The rapid spread of low-cost carriers (LCC) in Asia is forcing traditional airlines to try fighting fire with fire. Taiwan's full-service carriers are the latest to adopt this strategy, with two of them revealing plans to launch their own LCCs to meet the interlopers head on.

Several overseas LCCs have already begun flying to Taiwan from other Asian nations, and more are planning to start service there soon. Their encroachment on key international routes has prompted both China Airlines and TransAsia Airways to set up Taiwan's first locally based LCCs.

A similar pattern has occurred elsewhere in the region. Japan is a good example, with the country's two largest airlines deciding last year to establish LCC joint ventures—the first true LCCs in Japan. They did this partly for defensive reasons, as it became clear that if they did not do so, others would. Ironically, one of these new LCCs—Vanilla Air—is among the foreign airlines that are now launching flights to Taiwan.

AirAsia, Peach, Scoot, Jetstar, and Spring Airlines are all flying into Taiwan, and Vanilla Air will do so later this month. All of these LCCs except AirAsia and Spring are joint ventures set up by the region's major airlines.

TransAsia appears to be the Taiwanese carrier closest to launching its LCC, as it has recently received initial approval from Taiwan's Civil Aeronautics Administration. China Airlines has confirmed its LCC intentions, and has promised to announce more about its plan soon. The other major Taiwanese airline, EVA Airways, says it is not considering an LCC yet.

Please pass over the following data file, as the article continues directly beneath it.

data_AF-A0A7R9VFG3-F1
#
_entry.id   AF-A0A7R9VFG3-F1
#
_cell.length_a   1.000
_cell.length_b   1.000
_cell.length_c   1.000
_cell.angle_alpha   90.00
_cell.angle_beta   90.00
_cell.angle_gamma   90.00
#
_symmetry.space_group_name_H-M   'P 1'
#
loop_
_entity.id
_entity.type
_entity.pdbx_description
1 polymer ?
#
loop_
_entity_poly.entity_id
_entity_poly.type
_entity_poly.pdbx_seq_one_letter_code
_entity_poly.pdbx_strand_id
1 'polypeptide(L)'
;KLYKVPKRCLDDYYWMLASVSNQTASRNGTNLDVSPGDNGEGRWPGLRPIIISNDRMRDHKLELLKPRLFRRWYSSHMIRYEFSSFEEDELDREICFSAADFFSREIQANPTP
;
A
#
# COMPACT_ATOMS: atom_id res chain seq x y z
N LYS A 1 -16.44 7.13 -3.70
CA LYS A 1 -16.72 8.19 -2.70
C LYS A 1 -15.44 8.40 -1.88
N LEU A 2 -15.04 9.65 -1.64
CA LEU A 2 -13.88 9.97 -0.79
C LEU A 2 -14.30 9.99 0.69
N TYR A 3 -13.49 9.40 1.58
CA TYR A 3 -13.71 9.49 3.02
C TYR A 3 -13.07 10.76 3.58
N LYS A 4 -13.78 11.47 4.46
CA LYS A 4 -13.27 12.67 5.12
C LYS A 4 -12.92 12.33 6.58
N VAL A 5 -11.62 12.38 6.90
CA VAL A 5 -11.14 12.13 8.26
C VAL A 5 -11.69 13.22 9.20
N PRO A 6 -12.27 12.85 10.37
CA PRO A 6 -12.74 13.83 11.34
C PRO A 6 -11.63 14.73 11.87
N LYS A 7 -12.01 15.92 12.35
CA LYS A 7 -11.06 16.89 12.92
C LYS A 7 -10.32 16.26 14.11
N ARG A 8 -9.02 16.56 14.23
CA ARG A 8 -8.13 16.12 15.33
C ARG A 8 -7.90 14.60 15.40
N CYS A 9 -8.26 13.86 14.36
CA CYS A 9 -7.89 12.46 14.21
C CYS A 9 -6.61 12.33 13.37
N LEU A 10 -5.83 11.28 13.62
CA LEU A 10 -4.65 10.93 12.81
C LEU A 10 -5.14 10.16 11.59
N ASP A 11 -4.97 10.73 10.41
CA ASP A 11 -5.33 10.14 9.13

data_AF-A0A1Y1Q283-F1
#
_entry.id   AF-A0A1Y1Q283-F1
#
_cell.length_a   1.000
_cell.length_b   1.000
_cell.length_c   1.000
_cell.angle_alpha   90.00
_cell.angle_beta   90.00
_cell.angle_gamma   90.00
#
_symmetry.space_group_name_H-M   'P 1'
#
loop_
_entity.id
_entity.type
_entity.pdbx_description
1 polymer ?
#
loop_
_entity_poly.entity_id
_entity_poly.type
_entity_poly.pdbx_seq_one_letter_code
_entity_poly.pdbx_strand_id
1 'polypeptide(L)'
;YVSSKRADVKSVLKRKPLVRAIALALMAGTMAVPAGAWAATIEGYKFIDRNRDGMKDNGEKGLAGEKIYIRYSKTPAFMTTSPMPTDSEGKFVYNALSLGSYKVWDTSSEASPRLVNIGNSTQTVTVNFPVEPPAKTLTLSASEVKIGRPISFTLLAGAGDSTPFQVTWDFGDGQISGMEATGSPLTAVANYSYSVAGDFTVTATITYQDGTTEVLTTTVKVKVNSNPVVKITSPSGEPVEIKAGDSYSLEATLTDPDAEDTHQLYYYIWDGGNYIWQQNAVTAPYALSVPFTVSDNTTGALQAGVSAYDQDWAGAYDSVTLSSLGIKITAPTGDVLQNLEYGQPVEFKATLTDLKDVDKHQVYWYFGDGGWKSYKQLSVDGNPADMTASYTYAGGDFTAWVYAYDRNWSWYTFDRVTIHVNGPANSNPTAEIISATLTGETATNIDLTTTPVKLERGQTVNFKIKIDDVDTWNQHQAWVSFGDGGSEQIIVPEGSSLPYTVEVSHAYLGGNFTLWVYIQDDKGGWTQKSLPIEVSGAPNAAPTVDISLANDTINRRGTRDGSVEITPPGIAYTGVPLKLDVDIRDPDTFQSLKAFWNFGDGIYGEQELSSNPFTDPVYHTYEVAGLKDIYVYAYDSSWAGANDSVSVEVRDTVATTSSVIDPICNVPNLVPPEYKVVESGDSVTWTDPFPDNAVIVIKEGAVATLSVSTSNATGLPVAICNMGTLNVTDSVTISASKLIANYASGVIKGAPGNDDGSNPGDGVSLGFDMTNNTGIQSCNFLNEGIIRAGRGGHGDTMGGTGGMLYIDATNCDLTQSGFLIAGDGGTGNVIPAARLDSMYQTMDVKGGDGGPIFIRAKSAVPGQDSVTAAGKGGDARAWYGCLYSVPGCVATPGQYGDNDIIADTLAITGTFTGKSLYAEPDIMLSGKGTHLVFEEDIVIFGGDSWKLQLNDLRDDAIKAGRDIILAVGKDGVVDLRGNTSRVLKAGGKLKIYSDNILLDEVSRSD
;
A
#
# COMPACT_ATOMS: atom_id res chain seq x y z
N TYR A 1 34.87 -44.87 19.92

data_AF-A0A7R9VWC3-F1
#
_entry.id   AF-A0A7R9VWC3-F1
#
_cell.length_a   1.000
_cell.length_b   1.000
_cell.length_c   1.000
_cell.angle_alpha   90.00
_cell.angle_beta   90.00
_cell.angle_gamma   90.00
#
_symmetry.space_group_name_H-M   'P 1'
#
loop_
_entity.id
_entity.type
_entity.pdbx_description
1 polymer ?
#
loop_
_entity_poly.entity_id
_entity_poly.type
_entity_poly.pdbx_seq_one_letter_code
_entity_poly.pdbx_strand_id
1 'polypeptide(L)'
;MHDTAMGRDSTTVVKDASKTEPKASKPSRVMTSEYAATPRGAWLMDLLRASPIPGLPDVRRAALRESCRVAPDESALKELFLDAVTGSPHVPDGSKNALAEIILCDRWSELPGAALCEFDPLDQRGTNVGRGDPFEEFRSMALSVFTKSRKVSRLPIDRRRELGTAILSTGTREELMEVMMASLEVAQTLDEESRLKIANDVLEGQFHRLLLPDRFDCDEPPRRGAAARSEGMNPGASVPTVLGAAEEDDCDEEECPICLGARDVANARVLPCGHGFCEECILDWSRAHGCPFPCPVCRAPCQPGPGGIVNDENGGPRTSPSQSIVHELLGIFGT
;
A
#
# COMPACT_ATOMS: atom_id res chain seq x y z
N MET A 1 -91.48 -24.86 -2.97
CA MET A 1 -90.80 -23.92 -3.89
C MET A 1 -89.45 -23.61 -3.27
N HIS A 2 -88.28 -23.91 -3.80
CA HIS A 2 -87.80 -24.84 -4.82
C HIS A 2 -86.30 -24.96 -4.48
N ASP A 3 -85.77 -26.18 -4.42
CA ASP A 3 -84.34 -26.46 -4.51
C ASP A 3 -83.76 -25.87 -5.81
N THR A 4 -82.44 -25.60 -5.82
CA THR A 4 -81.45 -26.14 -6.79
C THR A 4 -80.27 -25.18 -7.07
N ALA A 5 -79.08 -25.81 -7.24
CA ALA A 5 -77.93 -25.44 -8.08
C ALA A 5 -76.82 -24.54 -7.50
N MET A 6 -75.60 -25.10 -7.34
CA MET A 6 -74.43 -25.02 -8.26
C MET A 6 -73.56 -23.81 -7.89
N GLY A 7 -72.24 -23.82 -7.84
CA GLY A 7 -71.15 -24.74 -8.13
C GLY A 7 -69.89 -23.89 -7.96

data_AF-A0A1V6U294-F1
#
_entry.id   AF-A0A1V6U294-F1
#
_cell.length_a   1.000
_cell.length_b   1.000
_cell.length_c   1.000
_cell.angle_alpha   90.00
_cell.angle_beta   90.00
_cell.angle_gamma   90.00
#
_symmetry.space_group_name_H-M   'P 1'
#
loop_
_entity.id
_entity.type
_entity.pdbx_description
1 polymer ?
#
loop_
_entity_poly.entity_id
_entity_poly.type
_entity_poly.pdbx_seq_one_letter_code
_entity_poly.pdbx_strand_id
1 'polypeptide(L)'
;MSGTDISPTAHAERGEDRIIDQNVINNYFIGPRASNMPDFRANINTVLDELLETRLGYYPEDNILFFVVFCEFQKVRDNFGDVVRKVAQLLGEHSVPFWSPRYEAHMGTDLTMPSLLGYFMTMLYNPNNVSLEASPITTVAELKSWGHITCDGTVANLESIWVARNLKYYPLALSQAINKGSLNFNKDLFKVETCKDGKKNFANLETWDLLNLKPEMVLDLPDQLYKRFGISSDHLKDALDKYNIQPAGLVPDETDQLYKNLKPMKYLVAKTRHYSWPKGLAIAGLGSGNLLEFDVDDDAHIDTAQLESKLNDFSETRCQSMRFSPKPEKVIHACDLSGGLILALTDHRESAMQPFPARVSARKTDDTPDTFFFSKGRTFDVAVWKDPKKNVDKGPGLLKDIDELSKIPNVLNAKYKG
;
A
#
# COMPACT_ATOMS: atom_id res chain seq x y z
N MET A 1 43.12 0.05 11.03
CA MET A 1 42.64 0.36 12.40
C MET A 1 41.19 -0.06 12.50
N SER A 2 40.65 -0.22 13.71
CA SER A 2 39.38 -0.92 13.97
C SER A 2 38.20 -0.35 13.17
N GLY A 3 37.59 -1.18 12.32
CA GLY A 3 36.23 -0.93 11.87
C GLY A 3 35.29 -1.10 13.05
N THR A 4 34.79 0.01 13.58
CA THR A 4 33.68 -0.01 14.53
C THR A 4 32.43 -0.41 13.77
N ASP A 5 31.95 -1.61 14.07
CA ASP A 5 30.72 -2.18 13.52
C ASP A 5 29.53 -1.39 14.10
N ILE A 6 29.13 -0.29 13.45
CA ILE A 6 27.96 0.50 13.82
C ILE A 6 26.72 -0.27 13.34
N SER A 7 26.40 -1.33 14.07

In releasing the first details of its LCC on Nov. 20, TransAsia says it will be 100% owned by the parent carrier. TransAsia had previously discussed the possibility of forming a joint-venture LCC with other airlines, but it now appears to have rejected that approach.

The new LCC will fly Airbus A320s and A321s to destinations within 5 hr. of Taiwan. TransAsia is running a competition to name the carrier.

Scheduled operations are “expected to be launched within a year [after] undergoing the review and auditing procedures from the competent authorities as well as rigorous flight safety preparation,” TransAsia says. The LCC will initially have 2-3 aircraft in its fleet, a spokesman tells Aviation Week.